Jon Hamm, Elisabeth Moss, Vincent Kartheiser, January Jones, Christina Hendricks, John Slattery
Regular airtime: Sundays, 9pm
It is 1960, and the historical event we move towards is the Kennedy/Nixon election. Much of this season is spent figuring out exactly where Don Draper came from. He cheats on Betty throughout, most notably with Midge (the Beat artist) and Rachel Menken (the Jewish department store owner), which Betty discovers in the season finale. We learn about Don (i.e., Dick Whitman) throughout flashbacks and his brother, who reemerges into Don’s life and later hangs himself.
When Pete discovers Don’s past (he took the identity of Don Draper, a man he served with in Korea), he threatens then attempts to blackmail him; upon learning the information, Bert Cooper famously remarks “who cares?” Oh yeah, and Peggy is unknowingly impregnated by Pete and, in a scene that perhaps inspired the series I Didn’t Know I Was Pregnant, gives birth.
It’s now 1962, and this is the season where Betty rides a bunch of horses. We move toward the Cuban Missile Crisis, and Don reads that Meditations in an Emergency book and runs away to California (to hang out with Anna, Dick Whitman’s wife). The season begins literally with the question “Who is Don Draper”, and of course he’s kind of awesome and kind of terrible. Don and Betty fight throughout, briefly separating before reconciling when Betty discovers she is pregnant (and has sex with that random guy in the bathroom). This is also the season where Peggy hangs out with priest Colin Hanks…
Not much time passes between seasons, though most of 1963 passes during the season. At the beginning of the season, Betty’s dad moves in before dying several episodes later, leading to the start of Sally’s emergence as a substantial(ly weird) character; meanwhile, Betty has feelings for Henry and Don has feelings for Sally’s teacher. This is my personal favorite season, as the office deals with the ramifications of being taken over by a British company and various awesome things happen throughout. This is the season where they bring in the British-Don-Draper who promptly has his foot run over by a lawnmower that somebody brings into the office.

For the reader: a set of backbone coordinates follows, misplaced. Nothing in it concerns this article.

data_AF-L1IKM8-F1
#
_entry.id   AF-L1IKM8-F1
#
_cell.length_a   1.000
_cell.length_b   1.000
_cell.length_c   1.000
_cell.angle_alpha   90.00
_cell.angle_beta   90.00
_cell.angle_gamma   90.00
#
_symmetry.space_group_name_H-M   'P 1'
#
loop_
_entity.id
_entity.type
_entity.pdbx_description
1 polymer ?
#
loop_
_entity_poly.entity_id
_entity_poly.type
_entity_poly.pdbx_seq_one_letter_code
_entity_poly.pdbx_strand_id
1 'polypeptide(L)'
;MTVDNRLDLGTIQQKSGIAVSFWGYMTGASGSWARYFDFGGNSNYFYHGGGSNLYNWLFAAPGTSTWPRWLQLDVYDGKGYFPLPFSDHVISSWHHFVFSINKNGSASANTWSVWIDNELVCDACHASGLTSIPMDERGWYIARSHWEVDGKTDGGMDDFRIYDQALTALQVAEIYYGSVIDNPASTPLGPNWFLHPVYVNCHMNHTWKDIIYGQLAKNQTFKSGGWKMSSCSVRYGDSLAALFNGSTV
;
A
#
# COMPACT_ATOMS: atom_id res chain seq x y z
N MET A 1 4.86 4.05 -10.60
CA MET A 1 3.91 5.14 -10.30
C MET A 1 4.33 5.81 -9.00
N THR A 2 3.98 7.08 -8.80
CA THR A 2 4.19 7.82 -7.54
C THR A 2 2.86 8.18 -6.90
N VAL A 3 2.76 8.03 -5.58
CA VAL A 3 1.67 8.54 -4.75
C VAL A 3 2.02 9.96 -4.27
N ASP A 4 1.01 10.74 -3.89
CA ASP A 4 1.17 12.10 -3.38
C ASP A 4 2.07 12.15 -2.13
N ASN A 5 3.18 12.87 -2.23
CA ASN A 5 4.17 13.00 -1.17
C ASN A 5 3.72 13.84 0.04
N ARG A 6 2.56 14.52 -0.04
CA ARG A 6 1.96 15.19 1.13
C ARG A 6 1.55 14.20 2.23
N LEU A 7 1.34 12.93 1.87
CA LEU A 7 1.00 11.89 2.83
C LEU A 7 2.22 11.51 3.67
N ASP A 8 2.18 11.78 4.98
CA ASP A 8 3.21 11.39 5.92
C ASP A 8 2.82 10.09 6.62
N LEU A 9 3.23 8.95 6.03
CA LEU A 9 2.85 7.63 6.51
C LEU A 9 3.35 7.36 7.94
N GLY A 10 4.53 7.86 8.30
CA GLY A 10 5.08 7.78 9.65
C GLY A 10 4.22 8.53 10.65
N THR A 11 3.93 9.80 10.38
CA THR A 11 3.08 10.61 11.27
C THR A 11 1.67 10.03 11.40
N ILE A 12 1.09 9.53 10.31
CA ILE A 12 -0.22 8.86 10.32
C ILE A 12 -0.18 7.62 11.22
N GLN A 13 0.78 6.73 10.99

The season ends with three of the series’ best episodes. In “The Gypsy and the Hobo”, Betty confronts Don his identity, which she discovers at the end of the previous episode. Set on Halloween, it is filled with great conversations about identity and disguises. In “The Grown-Ups”, the characters react to the JFK assassination, which unfolds surrounding the wedding of Roger’s daughter and the disintegration of Don and Betty’s marriage. Oh, yeah, and then “Shut the Door, Have a Seat” happens, where Weiner riffs on Ocean’s 11 as Don and co. steal a bunch of files and start their own company.
The fourth season picks up a year later, in late 1964 and moves through late 1965. Don’s new company struggles to get off its feet, as Don to redefine himself after his divorce. Anna is dying out in California, and her death unfolds during “The Suitcase”, that great episode where Don and Peggy hang out and work all night and talk about everything important to them and the series. Don starts a journal (at the request of Faye, remember her?, who is kind of awesome) and we maybe worry that the show is jumping the shark a little bit but it really just shows us that Don doesn’t have a clue what his deal is. And, shocker, Betty is still not happy.
Oh, and in the Season 4 finalé, “Tomorrowland”, Don goes to California with Megan and his kids, where they fall in love and spontaneously get engaged; Peggy brings in the first account since Roger lost Lucky Strike and Don vows in the New York Times not to represent any more tobacco companies; Joan is pregnant (surprise! she didn’t abort it!) with Roger’s baby, though her husband in Vietnam thinks it is his; while preparing to move, Betty fires Carla (who takes the blame when Sally is caught sneaking around with creepy Glen) and then fights with Henry about it, before learning about Don’s engagement ; and in the final scene, Don stares at the ceiling thinking about, well, everything…
// Moving Pixels
"The symbols that the artifact in Spirits of Xanadu uses are esoteric -- at least for the average Western gamer. It is Chinese culture reflected back at us through the lens of alien understanding.READ the article